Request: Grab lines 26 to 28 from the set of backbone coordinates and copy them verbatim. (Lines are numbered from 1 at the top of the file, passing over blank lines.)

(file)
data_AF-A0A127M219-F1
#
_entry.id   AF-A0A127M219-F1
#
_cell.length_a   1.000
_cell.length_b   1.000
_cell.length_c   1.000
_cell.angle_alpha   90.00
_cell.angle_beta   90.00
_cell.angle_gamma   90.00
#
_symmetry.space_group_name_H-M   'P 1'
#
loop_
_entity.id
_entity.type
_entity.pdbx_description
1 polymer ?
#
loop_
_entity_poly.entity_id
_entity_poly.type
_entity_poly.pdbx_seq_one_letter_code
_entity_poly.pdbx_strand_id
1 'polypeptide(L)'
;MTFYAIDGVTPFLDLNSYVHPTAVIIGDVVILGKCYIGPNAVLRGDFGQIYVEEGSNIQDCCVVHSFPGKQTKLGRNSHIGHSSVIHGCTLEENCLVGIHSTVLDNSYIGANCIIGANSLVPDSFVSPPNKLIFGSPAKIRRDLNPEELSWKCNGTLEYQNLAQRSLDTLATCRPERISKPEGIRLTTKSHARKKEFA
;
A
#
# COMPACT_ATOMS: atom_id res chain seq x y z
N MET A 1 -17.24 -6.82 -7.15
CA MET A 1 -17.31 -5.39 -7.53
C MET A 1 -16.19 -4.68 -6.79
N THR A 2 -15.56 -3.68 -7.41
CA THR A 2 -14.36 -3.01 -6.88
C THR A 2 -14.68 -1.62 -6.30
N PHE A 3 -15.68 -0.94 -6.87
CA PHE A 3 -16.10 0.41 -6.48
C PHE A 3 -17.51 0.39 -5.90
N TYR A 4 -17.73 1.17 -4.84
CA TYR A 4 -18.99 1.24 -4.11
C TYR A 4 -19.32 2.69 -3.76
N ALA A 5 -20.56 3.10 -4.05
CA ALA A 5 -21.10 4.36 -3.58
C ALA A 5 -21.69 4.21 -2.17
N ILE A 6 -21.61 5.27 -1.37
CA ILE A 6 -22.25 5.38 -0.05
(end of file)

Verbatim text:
;MTFYAIDGVTPFLDLNSYVHPTAVIIGDVVILGKCYIGPNAVLRGDFGQIYVEEGSNIQDCCVVHSFPGKQTKLGRNSHIGHSSVIHGCTLEENCLVGIHSTVLDNSYIGANCIIGANSLVPDSFVSPPNKLIFGSPAKIRRDLNPEELSWKCNGTLEYQNLAQRSLDTLATCRPERISKPEGIRLTTKSHARKKEFA
;
A